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The Legacy of PARS

By Julie Wood


Adiba Bhuiyan and Liana Panik, rising sophomores at Temple University, quickly became close friends as freshmen, bonding over their shared interest in science. Bhuiyan, a double major in chemistry and finance, and Panik, a biology major, share a love of science; however, they just recently discovered another similarity—they both attended the Penn Academy for Reproductive Sciences (PARS) during their time in high school.

“Liana lived two doors down the hall from me at Temple and neither of us mentioned our time with PARS when we first met,” Bhuiyan said. “Now we have another amazing thing to bond over!”

Though they attended PARS in different years, the workshop influenced both of their decisions to pursue career paths in medicine.      

PARS is an all-female workshop led by clinicians, scientists, and medical students for high school students interested in exploring the world of health care and medicine, particularly reproductive science. Jamie Shuda, EdD, the program outreach coordinator for PARS, has been organizing the program for nearly a decade, holding the first PARS workshop in 2010. The workshops, held in both spring and summer, give high school students the opportunity to participate in hands-on activities in the lab as well engage in courses revolving around reproductive health. This summer, the program, which is funded in part by the National Institutes of Health, ran its 21st cohort. Over the years, 227 young women have participated.

“Reproductive health is not a topic often spoken about among high school students,” Shuda says. “It helps the girls understand the science and research behind their own bodies.”

Day one of the workshop last month started with a crash course in the female reproductive system, led by Christos Coutifaris, MD, PhD, a professor of Obstetrics and Gynecology. Later, the girls heard from Monica Mainigi, MD, an assistant professor of Obstetrics and Gynecology and researcher in the Center for Research on Reproduction and Women’s Health, on in vitro fertilization (IVF).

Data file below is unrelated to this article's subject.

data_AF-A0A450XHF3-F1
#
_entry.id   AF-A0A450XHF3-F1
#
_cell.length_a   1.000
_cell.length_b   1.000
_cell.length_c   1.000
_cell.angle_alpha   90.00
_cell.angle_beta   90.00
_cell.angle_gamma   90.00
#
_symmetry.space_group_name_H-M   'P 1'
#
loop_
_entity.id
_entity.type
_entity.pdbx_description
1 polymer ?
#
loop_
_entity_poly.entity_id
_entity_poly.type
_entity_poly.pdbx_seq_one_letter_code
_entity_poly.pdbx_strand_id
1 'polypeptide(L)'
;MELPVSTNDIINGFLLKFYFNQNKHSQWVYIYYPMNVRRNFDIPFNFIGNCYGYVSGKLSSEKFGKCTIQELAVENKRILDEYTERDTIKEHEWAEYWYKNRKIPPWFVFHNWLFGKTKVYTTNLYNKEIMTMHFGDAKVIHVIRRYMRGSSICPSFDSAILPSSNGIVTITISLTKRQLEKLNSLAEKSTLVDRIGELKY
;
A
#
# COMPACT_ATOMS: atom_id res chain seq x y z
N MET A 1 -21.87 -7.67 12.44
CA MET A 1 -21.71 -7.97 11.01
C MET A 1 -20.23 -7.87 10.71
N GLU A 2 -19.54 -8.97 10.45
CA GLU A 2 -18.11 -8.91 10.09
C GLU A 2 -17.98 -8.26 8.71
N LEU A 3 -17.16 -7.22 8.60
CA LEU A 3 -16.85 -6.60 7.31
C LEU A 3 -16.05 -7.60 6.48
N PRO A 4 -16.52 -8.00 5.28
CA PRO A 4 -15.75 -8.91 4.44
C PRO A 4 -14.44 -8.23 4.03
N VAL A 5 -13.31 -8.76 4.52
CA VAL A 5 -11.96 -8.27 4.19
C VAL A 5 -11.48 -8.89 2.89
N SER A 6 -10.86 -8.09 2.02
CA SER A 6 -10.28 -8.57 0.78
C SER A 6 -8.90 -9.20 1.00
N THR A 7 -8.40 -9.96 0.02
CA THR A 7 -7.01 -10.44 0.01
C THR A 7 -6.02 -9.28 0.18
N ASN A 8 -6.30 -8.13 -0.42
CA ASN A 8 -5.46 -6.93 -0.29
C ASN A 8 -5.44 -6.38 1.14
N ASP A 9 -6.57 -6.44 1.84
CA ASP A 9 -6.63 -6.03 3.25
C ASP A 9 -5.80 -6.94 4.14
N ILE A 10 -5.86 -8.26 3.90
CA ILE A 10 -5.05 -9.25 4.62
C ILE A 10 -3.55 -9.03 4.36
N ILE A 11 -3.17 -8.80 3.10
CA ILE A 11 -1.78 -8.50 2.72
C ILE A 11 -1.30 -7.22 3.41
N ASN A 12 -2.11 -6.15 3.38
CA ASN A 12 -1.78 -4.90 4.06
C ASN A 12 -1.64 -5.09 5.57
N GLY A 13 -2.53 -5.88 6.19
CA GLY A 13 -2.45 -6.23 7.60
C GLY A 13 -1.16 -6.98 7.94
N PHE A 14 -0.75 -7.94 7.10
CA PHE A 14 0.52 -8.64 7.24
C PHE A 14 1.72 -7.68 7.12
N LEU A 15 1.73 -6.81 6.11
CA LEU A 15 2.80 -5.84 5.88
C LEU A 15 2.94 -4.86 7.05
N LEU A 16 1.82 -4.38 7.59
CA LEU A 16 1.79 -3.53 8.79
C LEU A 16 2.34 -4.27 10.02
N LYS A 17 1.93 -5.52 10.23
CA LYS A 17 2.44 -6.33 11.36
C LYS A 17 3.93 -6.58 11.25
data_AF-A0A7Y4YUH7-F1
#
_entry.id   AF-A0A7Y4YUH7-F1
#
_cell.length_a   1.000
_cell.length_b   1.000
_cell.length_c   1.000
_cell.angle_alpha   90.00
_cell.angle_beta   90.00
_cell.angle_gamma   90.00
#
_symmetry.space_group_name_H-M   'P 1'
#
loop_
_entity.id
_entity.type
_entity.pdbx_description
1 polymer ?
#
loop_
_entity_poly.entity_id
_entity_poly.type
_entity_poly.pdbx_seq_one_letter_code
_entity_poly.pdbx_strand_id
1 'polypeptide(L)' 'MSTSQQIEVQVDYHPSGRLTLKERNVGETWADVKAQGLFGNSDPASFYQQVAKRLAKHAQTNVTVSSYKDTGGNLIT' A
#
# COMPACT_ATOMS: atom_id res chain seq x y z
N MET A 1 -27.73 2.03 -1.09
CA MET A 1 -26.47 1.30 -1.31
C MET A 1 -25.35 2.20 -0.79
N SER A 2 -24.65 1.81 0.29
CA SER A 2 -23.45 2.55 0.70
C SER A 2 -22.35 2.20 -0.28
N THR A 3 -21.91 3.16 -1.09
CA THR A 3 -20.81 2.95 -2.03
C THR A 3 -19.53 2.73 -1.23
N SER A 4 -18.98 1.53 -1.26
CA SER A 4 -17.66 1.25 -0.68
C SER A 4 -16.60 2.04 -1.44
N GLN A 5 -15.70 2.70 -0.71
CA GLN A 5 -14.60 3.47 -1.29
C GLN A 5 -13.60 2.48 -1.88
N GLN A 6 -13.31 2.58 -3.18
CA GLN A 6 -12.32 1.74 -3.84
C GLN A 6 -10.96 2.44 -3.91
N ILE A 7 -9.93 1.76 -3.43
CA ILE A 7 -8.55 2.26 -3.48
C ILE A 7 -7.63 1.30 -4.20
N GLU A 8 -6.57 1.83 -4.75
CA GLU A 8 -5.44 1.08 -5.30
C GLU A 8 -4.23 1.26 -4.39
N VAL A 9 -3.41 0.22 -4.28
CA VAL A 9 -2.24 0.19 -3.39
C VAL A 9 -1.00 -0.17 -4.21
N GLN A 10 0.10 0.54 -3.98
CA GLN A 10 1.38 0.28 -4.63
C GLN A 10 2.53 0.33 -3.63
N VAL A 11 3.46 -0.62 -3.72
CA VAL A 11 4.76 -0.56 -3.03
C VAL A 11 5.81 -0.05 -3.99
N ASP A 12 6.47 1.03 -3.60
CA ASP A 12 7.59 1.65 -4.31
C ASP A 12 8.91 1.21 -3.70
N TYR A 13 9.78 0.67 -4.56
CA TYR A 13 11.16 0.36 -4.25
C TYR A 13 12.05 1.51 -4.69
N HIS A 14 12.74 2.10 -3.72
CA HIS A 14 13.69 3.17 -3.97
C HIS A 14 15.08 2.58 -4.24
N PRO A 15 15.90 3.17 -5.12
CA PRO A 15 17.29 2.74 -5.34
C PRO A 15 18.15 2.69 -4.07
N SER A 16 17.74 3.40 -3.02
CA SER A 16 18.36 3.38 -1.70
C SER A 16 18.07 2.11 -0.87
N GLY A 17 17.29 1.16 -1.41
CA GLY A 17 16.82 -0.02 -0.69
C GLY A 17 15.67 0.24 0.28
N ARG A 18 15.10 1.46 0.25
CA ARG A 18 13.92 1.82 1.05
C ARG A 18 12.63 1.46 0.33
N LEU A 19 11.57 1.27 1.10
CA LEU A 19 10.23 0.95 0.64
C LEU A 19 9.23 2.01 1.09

Mainigi walked students through an IVF clinical scenario and available resources to help prospective parents become pregnant. The girls were quick to join the discussion with questions informed from their own lives and their “IVF 101” earlier in the day. Among the group of high school students was Mainigi’s daughter Naiya and her friend, both juniors in a local high school, who are interested in learning more about the field Naiya’s mother’s clinical specialty.

“It was great having her as part of the course finally,” Mainigi said. “She was so young when we first started PARS.”

After the students completed their IVF lectures, they put on their white lab coats to participate in a hands-on lab activity to view the fertilization of mouse egg and sperm in a dish. 

The ethical debates that some of the PARS topics evoke, such as discussions on fertility specialists using new medical technologies for procedures, is one of the program’s highlights for Shuda, who loves listening to how the students absorb various medical dilemmas and work out how to resolve them using their newfound knowledge of bioethics. “The girls are using science to back up their thoughts,” Shuda said. “They’re becoming scientifically literate right before my eyes, and it’s amazing!”